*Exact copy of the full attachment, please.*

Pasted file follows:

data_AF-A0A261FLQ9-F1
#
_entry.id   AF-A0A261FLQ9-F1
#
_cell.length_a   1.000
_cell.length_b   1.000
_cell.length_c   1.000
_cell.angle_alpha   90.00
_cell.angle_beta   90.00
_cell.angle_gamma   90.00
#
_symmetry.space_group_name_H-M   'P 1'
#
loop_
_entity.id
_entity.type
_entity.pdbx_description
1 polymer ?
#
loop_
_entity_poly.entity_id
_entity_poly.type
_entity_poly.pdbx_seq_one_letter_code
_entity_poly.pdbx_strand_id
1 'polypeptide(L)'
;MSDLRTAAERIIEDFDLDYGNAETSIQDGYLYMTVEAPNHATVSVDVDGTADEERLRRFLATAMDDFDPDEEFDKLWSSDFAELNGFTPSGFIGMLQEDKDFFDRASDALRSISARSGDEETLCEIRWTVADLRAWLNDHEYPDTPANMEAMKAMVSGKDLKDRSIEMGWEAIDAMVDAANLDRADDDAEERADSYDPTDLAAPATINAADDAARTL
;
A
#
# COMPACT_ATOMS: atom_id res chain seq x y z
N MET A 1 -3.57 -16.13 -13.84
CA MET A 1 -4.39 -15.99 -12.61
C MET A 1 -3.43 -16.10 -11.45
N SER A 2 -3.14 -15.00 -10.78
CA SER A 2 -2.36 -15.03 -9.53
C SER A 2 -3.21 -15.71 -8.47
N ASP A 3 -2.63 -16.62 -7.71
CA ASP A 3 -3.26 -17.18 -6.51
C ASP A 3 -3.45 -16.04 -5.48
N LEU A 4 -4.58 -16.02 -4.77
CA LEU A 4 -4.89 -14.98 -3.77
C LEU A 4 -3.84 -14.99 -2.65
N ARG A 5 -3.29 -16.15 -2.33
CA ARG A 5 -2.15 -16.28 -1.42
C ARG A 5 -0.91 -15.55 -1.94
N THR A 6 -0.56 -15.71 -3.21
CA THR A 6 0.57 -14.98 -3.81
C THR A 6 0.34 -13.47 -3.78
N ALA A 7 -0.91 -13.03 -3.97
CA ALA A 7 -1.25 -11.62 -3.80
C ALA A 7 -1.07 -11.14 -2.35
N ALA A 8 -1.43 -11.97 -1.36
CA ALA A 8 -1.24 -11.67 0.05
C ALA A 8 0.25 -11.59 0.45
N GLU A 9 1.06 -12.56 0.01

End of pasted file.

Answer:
data_AF-A0A261FLQ9-F1
#
_entry.id   AF-A0A261FLQ9-F1
#
_cell.length_a   1.000
_cell.length_b   1.000
_cell.length_c   1.000
_cell.angle_alpha   90.00
_cell.angle_beta   90.00
_cell.angle_gamma   90.00
#
_symmetry.space_group_name_H-M   'P 1'
#
loop_
_entity.id
_entity.type
_entity.pdbx_description
1 polymer ?
#
loop_
_entity_poly.entity_id
_entity_poly.type
_entity_poly.pdbx_seq_one_letter_code
_entity_poly.pdbx_strand_id
1 'polypeptide(L)'
;MSDLRTAAERIIEDFDLDYGNAETSIQDGYLYMTVEAPNHATVSVDVDGTADEERLRRFLATAMDDFDPDEEFDKLWSSDFAELNGFTPSGFIGMLQEDKDFFDRASDALRSISARSGDEETLCEIRWTVADLRAWLNDHEYPDTPANMEAMKAMVSGKDLKDRSIEMGWEAIDAMVDAANLDRADDDAEERADSYDPTDLAAPATINAADDAARTL
;
A
#
# COMPACT_ATOMS: atom_id res chain seq x y z
N MET A 1 -3.57 -16.13 -13.84
CA MET A 1 -4.39 -15.99 -12.61
C MET A 1 -3.43 -16.10 -11.45
N SER A 2 -3.14 -15.00 -10.78
CA SER A 2 -2.36 -15.03 -9.53
C SER A 2 -3.21 -15.71 -8.47
N ASP A 3 -2.63 -16.62 -7.71
CA ASP A 3 -3.26 -17.18 -6.51
C ASP A 3 -3.45 -16.04 -5.48
N LEU A 4 -4.58 -16.02 -4.77
CA LEU A 4 -4.89 -14.98 -3.77
C LEU A 4 -3.84 -14.99 -2.65
N ARG A 5 -3.29 -16.15 -2.33
CA ARG A 5 -2.15 -16.28 -1.42
C ARG A 5 -0.91 -15.55 -1.94
N THR A 6 -0.56 -15.71 -3.21
CA THR A 6 0.57 -14.98 -3.81
C THR A 6 0.34 -13.47 -3.78
N ALA A 7 -0.91 -13.03 -3.97
CA ALA A 7 -1.25 -11.62 -3.80
C ALA A 7 -1.07 -11.14 -2.35
N ALA A 8 -1.43 -11.97 -1.36
CA ALA A 8 -1.24 -11.67 0.05
C ALA A 8 0.25 -11.59 0.45
N GLU A 9 1.06 -12.56 0.01